NASA SBIR 2005 Solicitation


SUBTOPIC TITLE:Intelligent Modular Systems
PROPOSAL TITLE:Broad Application of a Reconfigurable Motor Controller

SMALL BUSINESS CONCERN (Firm Name, Mail Address, City/State/Zip, Phone)
Barrett Technology
625 Mount Auburn St.
Cambridge ,MA 02138 - 4555
(617) 252 - 9000

PRINCIPAL INVESTIGATOR/PROJECT MANAGER (Name, E-mail, Mail Address, City/State/Zip, Phone)
William   Townsend
625 Mount Auburn St.
Cambridge, MA  02138 -4555
(617) 252 - 9000

An ultra-miniature (<50 grams) high-performance brushless-motor controller, code named 'Puck', has been developed by Barrett for Earth-based mobile-manipulation use where efficiency, low mass, and robustness are critical attributes. Application of a distributed intelligent system will enable these Pucks to be used liberally across a variety of NASA's future satellite, articulated-machine, and robotic applications requiring low-level robust brushless commutation directed by high-level task intelligence. In addition to supporting space-vector control of brushless motors, each Puck carries a virtually unburdened 32-bit DSP running at 80 MHz with plenty of memory and high-speed serial communications to neighboring Pucks. So even as machines increase in degrees of freedom - and therefore complexity - the excess computational power provided by the Pucks increases proportionately, working in tandem to overcome increasingly complex controls issues. While another Barrett proposal submitted to NASA is focused on developing the hardware for a space-qualified Puck controller, this proposal focuses on a control architecture that leverages the distributed DSPs. Phase I will build an architecture that best leverages a distributed network of Pucks, such as a solution of computationally-intensive kinematics equations (e.g. Jacobian matrix), and local tasks, such as estimating precise realtime velocities and supporting series-elastic-actuator (SEA) strain-gages.

The proposed architecture for modular, scalable, distributed servomotor electronics designed for use in multi-axis and wheeled robots presents a significant opportunity to address important orbital, interplanetary, and moon/Mars robotics applications involving integrated systems for mobility and manual dexterity. The construction of mining facilities and habitat on the moon and Mars and the servicing of orbiting spacecraft without excessive exposure to human astronauts are two immediate areas that are directly impacted by this proposed research and development. The SBIR supports the increasing importance of complex machines requiring articulated servo-driven machines for all aspects of NASA exploration.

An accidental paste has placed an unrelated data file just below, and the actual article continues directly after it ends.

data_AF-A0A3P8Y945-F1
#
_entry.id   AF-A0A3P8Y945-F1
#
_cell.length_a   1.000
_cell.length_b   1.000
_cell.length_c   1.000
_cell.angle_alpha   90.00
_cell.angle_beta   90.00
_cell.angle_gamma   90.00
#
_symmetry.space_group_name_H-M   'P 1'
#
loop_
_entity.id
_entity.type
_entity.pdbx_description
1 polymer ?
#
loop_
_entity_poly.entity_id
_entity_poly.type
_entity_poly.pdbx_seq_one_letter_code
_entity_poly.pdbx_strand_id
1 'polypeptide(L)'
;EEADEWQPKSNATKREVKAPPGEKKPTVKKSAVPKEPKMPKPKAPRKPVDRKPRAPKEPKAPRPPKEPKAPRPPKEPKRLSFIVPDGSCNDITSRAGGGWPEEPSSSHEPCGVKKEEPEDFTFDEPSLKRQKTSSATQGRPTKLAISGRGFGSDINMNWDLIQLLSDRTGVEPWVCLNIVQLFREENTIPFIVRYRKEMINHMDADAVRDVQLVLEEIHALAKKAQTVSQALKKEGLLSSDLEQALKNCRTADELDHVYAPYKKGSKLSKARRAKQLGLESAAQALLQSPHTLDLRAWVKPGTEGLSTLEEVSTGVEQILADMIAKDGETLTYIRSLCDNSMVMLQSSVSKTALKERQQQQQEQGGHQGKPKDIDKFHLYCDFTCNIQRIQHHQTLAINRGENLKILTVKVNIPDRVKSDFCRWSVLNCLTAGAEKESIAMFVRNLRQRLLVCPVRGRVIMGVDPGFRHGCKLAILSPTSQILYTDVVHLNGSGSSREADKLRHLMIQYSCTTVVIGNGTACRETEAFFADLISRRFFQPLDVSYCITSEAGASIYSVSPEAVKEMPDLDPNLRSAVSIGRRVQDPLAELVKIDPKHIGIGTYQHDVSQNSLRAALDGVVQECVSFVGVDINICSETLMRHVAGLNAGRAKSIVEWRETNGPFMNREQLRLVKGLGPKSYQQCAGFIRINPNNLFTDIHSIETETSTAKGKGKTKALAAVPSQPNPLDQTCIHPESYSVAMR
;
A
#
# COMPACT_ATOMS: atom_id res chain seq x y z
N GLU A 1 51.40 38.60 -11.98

As the military and commercial sectors continue to ramp up the use of robotics, especially lightweight mobile platforms, the proposed distributed network of motor-controller modules would reduce system weight and control complexity of robotic systems including search & rescue robots, scout robots, advanced wheelchairs, and in-house robotic assistants. Furthermore, brushless DC servomotors are rapidly replacing brushed motors as the technology of choice as both the cost decreases and power increases of Neodymium-Iron magnets over Samarium-Cobalt. The torque density and reliability of permanent-magnet motors have always exceeded those of brushed motors, but the large size and poor power efficiency of the support electronics generally outweigh the benefits except where power conservation is not important and when the controllers can be located off the machine. Providing a power-efficient module that integrates all of the electronic and optical functions into a volume smaller than most motor position sensors suddenly alters the decision point in favor of brushless motors. Most servo-driven machines use multiple servomotors in concert. Each of these systems would benefit from an intelligent means to distribute motion-control intelligence as described in this proposal.

NASA's technology taxonomy has been developed by the SBIR-STTR program to disseminate awareness of proposed and awarded R/R&D in the agency. It is a listing of over 100 technologies, sorted into broad categories, of interest to NASA.

Architectures and Networks
Autonomous Control and Monitoring
Autonomous Reasoning/Artificial Intelligence
Computer System Architectures
Data Acquisition and End-to-End-Management
Data Input/Output Devices
Database Development and Interfacing
Integrated Robotic Concepts and Systems
On-Board Computing and Data Management
Software Tools for Distributed Analysis and Simulation
Ultra-High Density/Low Power

Form Printed on 09-19-05 13:12